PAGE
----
But more importantly, some DAOs enable NFTs as pooled collateral, providing a new source of liquidity in defi. Rocket lets you take a loan out on your staked NFT. The theory goes that when you combine this functionality your even “small” fraction of an NFT can be used as collateral to get the loan you need, even if you don’t own an early CryptoPunk.
We are forever in the year of the DAO, and with fractional ownership and collateral staking, I’m sure 2022 will be no different.
Non Fungible Tokens must deploy unique token models just like fungible siblings
However, creators are looking for broader premium platform models with a full-stack solution at scale that can promise a lot to consumers. This is why OpenSea and Rarible have been successful early entry points for any and all creators. They were the fastest, most simple way to mint and present your NFTs. But while there have been early gateways, they lack the polished experience, interoperability, low transaction fees, and right and royalty management that creators rightly crave and expect as part of the Ownership Economy promise land.
New platforms are emerging to address these concerns, especially around faster transactions and lower fees via L2 solutions. These platforms will also offset any potential environmental impact, further validating the transactions. Look to ConsenSys-backed project Palm later this summer to enable these next-generation premium platforms as well as Immutable.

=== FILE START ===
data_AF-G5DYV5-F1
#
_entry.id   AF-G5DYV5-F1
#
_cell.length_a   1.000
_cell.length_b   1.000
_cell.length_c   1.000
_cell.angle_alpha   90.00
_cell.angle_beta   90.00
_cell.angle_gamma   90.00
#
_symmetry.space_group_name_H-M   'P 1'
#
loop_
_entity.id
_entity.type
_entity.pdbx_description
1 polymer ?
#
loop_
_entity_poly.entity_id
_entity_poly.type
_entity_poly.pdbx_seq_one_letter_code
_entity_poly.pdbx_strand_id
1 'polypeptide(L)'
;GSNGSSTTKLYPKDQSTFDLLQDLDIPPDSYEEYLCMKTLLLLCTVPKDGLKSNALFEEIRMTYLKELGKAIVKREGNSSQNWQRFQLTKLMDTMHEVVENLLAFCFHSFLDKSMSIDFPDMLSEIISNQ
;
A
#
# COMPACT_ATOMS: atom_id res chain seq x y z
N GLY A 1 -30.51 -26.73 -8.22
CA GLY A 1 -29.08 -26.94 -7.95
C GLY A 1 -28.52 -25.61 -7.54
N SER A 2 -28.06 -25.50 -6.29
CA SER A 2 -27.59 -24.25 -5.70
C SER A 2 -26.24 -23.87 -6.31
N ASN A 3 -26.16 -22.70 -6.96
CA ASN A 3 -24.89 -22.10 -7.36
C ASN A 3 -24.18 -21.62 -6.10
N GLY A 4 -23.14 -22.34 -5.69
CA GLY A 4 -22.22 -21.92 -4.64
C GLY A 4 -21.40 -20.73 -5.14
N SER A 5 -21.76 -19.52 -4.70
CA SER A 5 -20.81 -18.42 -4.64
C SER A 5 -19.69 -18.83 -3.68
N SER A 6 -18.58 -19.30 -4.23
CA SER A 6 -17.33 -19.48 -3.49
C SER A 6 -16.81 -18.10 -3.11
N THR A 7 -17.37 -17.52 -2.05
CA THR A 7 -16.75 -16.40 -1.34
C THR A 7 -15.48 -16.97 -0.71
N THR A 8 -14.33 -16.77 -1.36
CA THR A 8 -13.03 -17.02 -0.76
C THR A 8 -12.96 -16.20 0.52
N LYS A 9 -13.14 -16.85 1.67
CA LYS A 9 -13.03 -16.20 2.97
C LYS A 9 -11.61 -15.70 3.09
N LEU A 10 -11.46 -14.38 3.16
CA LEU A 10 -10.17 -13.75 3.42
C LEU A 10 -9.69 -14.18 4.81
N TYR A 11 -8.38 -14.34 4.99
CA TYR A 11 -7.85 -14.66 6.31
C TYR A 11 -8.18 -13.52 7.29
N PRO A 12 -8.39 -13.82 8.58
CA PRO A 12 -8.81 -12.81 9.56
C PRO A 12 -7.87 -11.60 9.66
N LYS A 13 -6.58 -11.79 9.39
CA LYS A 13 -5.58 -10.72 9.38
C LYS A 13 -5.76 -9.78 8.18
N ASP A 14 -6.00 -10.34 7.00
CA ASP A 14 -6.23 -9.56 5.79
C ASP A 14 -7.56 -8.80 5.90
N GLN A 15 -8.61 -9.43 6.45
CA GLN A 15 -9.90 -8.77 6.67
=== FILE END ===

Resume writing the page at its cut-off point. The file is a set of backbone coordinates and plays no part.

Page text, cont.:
But aside from looking forward, we should look back as well. Prior generation platforms hold the true key to our future, they were just before their time. So let’s kick it all the way back to epochs ago: 2016.
Early pioneers like Ujo, Breaker and Cellarius created decentralized, token platform models for entertainers to engage directly with consumers. Ujo issued some of the first NFTs as album covers. They also allowed musicians to determine who got paid what % based on total listens. Breaker enabled direct distribution by moviemakers on a streaming platform. Payments for those streams followed directly back to the fractional token holders who owned the movie’s rights. Cellarius was truly 100 years into the future. Imagine a media x entertainment company that tokenized each contribution x IP into their storytelling process — where all who contribute to the final project partake in any future revenue stream — streaming, merchandising, etc. Imagine if you created the design of stormtroopers in StarWars. Mind blow.
Thanks to the onslaught of media coverage of NFTs, people are finally paying attention and it’s time to try again.
Today’s NFTs plus tokenized rights management solutions will enable true ownership and profit distribution. And the platform that does this successfully will lead to mass consumer adoption.
Creators must make their work accessible, transferable and affordable to the everyday consumer for mass appeal and mass financial opportunity, BUT they also want to determine the rights of their work as the work moves through the digital world. Likewise, collectors and original owners of NFTs (or NFT fractions) are going to want some type of assurance they are properly paid for the realized gains when and if those NFTs change hands. This is one of the many brilliant use cases for tokens: units of ownership with economic rights that follow where they go, freely tradeable and freely divisible.